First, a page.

Similarly with automobile industry, cars are primarily designed and sold as men’s product which ‘coincidentally women tend to drive’. Over the ages the gap is slowly fading, but the stereotype still remains that ‘women can’t drive’. The advent of adjustable seating and power steering has made commuting a lot easier, but a low car seating with lesser visibility of the road often rules out many cars for women. And if god-forbid the car does breakdown in the middle of your solo trip with a flat tyre, you know how difficult it is for someone with a weight of 50-60kgs to unscrew those bolts from the tyre. At any car show, a female size zero model will unfold the latest car, ever seen a muscular male model do the thing? But hey, the automobile industry is dominated by men, and the only place where most women are seen is the color and trim department.
Dumbing down everything Tech:
When we’re in school, we see a good number of girls graduating , however as we go higher up to where the research is conducted, and ideas turn into reality and where the business happens, we start seeing the lesser number of females in the picture. There are a number of reasons for this: the hardhat culture, the lack of opportunities, women considered as bad employees etc. but as a result, when designing happens,the products become more male-centric.
Good HCI practices asks technology to rehabilitate all types of cognition, and kinds of user. More often than not while considering user personas for uni-sexual products, women tend to be under-represented as compared to men by the use of maybe a single persona to represent the needs of all types of women. Also their goals seem to be more superficial and aesthetic oriented than men. A reason why our mothers have a harder time with technology than our fathers, is that technology was not wired keeping their cognition in mind. It was ‘assumed’ that women weren’t as interested as men in tech. The practice of good HCI has shifted these patterns and slowly we are bridging these gaps.The presence of only female voices as Voice Assistants except when the role needs to dominate (eg: IBM Ross, IBM Watson) is a shocking realization on how deep-seeded our patriarchy really is.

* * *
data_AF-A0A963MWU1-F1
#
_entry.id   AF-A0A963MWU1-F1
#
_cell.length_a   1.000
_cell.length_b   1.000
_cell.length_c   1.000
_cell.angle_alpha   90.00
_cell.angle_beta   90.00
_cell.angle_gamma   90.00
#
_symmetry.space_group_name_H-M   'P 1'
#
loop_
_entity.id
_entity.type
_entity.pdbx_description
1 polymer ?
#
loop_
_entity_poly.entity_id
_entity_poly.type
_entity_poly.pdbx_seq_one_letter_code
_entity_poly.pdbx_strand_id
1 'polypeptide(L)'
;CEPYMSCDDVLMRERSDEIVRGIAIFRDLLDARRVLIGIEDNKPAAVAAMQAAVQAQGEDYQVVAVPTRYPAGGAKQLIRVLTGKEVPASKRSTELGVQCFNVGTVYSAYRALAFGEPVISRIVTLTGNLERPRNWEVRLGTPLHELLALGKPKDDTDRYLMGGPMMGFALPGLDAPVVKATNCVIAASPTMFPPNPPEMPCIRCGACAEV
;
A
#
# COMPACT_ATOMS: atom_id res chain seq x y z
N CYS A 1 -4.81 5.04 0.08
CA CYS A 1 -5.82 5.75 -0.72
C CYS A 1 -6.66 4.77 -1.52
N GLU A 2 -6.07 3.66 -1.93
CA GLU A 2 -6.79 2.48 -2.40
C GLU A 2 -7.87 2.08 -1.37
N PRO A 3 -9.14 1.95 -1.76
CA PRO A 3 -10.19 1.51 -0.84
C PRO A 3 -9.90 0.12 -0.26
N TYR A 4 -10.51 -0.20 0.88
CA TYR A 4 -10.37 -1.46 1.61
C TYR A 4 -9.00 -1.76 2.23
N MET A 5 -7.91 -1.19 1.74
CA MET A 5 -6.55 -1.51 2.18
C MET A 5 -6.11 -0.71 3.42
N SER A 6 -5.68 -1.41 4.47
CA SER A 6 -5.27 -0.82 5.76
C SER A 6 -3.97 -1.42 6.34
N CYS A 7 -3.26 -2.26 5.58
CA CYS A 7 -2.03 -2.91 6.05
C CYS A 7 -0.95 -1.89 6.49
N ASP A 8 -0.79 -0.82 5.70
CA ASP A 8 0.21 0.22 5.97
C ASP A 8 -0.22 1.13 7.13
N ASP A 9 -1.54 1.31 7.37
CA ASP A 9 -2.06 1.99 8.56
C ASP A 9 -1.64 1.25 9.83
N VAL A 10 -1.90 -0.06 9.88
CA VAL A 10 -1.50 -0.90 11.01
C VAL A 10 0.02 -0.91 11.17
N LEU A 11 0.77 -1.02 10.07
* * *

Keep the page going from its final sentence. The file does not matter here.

Sexism in our Culture
I would particularly like to cite that we are in a unique point in time, women definitely enjoying the best time in their own history. Design can help reduce this gap at an even more faster pace, as it can help overcompensate where nature cannot. It can identify particular instances where a design interventions can help moving away from pre-historic roles, and stereotypes and biological shortcomings. Game design is another place, which currently caters mostly towards entertaining men. The female characters are highly sexualized and hence finds very less takers among women. Cities can start becoming much safer once the urban planning policies look at women reclaiming the community spaces and the nights.
The higher presence of feminine qualities like nurturing, listening, caring in our culture could significantly reduce the stress, depression, and other mental illnesses in our society. Teams which have good number of women are in general better performers.
Power of Design
The unique power of design to change cognition and rewire us to form new habits may one day eradicate the way we look at gender roles. Design has power to empower and make everyone feel like an intrinsic part of the society. With sensitive design we can break stereotypes, and for that designers need to look beyond cognitive biases, political biases, gender biases, social biases and start a dialogue on why should we exclude a particular group from our target users, but rather provide them with the power to choose. Through the ages, the greatest role of design has been to make life better; designers need to identify political movements which question the supremacy and the privileges of one group over the other. Feminism is just one movement that is asking the questions of inclusiveness. As we move towards a more global and diverse society, these questions expand to diverse gender groups,ethnic minorities, linguistic minorities, economically underprivileged, specially-abled and so on.
We really can’t gain equal footing as women in the society if we don’t get men standing by us. You can give feminism any other name for your convenience, but that really is a refusal to address the ‘elephant in the room’ and calling it a fox, as the elephant feels to large to accommodate. We need feminists in design. After all, the things we shape, in turn shape us.